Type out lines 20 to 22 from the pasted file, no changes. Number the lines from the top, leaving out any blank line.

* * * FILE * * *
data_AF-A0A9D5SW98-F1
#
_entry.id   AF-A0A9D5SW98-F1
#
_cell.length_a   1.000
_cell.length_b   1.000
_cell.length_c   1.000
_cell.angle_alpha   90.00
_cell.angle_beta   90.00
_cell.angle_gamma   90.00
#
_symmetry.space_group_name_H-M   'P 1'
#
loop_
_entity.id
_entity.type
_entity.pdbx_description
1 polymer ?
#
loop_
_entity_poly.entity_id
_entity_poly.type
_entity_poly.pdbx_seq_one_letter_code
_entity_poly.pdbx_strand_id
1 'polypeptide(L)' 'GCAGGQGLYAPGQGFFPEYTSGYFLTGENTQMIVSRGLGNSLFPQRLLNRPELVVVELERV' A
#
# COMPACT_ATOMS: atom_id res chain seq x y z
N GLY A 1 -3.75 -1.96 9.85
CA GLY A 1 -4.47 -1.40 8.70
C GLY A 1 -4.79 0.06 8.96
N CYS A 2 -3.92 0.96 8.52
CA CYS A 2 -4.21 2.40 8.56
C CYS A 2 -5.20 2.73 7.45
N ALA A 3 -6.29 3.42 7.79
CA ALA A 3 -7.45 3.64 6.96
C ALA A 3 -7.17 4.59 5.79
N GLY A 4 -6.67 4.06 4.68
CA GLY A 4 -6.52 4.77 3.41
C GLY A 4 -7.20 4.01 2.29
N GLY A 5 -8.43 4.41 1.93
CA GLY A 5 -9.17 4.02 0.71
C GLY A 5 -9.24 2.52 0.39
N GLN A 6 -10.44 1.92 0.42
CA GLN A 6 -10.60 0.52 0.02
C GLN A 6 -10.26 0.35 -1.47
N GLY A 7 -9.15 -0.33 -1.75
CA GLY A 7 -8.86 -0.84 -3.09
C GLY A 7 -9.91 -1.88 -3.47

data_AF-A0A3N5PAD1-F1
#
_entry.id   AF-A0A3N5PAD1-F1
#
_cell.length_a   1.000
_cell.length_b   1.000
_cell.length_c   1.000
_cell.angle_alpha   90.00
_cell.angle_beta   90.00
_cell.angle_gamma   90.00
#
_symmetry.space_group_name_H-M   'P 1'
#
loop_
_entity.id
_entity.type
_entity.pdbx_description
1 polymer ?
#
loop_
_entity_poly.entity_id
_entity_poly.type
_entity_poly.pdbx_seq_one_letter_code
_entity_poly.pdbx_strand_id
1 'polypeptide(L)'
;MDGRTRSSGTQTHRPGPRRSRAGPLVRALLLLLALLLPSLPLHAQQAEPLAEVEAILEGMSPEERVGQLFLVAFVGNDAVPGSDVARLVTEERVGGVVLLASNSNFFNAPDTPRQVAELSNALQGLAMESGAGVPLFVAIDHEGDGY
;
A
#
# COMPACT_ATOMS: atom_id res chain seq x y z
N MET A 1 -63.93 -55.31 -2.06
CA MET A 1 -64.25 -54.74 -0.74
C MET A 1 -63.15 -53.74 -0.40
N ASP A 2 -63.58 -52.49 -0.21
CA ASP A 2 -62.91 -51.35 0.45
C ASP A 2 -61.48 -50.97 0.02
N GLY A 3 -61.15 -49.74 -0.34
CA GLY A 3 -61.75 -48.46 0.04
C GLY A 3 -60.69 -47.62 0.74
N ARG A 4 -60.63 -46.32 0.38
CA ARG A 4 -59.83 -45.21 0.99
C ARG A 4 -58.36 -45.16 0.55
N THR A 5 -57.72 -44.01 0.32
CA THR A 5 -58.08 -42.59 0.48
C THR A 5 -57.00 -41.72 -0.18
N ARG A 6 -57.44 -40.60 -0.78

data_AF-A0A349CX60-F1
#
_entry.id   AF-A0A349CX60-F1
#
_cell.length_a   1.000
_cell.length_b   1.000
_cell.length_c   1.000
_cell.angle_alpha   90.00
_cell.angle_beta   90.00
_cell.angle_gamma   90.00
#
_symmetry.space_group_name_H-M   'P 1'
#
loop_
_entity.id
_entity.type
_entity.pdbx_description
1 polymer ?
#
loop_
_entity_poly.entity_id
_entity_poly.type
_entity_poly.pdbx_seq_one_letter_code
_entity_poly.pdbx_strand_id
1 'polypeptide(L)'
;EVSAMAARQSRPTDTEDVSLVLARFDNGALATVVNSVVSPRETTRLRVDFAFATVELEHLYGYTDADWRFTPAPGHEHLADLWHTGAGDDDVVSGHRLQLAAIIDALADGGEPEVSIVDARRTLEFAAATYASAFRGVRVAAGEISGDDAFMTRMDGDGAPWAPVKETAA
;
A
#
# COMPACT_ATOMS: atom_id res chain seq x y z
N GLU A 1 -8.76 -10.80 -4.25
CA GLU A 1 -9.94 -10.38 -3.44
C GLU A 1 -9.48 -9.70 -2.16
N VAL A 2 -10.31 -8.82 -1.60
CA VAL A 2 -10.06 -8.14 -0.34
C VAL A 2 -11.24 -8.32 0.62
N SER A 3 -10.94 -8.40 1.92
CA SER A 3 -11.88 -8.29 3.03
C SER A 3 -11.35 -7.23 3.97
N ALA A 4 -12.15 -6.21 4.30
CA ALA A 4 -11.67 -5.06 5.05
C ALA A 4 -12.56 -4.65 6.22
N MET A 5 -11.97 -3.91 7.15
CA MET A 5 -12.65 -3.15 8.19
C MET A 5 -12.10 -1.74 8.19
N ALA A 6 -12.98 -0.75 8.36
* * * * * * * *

loop_
_entity_poly.entity_id
_entity_poly.type